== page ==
The movies tend to portray whistleblowing at the two extremes: either the hero rides off into the sunset when justice eventually prevails or is silenced by big corporations that get away with the unthinkable.

The reality is probably somewhere in between, not quite as romantic, or desperate, as Hollywood makes it out to be.

The fact is that society now realise and value the important role of whistleblowers in exposing all sorts of corruption. That is why laws have been updated to provide people who speak up with greater protection.

There are, however, important rules and regulations to follow when you do decide to expose something and it is advisable to get legal help as early on in the process as you can.

What is whistleblowing

Whistleblowing is the exposure of serious wrongdoing in an organisation to the public or the authorities. Whistleblowers are often employees, but can be officers, contractors, associates, trustees, custodians, or investment managers of the organisation. Even spouses, relatives and dependants of these people are entitled to whistleblower protections. 

What you are entitled to

The first thing to know is that you can stay anonymous. The second is that there are rules about making disclosures. 

It is also important to remember that you have to expose more than a complaint about being mistreated at work – there has to be some form of dishonesty or illegality.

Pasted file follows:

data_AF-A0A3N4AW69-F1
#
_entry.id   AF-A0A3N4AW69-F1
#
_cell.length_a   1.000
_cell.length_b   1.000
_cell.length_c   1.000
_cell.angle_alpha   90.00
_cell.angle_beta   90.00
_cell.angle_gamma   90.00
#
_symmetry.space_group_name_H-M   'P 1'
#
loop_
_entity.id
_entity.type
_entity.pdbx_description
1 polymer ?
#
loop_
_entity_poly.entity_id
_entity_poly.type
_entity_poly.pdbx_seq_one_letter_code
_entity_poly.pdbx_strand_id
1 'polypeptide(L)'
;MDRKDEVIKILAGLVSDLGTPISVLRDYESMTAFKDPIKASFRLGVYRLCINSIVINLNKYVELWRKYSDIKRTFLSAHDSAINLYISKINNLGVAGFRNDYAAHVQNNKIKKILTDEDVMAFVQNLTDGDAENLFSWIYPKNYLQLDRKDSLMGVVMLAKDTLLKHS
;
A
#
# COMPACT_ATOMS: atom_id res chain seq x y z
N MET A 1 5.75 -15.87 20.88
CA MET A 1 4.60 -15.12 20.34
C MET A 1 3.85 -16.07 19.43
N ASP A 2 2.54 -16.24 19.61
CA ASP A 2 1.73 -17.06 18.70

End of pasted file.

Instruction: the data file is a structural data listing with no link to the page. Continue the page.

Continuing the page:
Fortunately, you do have a right to make disclosures to your lawyer. Gillis Delaney will guide you through the whole process to make sure you stay on the right side of the law and any employment policies.

The whistleblowing process

Whistleblowing laws can be intimidating as different rules apply in different scenarios. For example, working in the public sector could mean that you have different options than someone working in the private sector. We will help you do the right thing in the right way.

You should keep the following basic steps in mind if you do decide to embark on this process.

  • Make sure you are protected under the whistleblowing laws.
  • Check what you can report.
  • Make contact with the right people.
  • Tell your story.
  • Review your options if you are not satisfied with the outcome.

We have helped many clients follow their conscience. Speak to us today to find out exactly what your rights are and how you can make sure you are afforded all the protections you are entitled to.

Speak with one of our Whistleblowing experts today!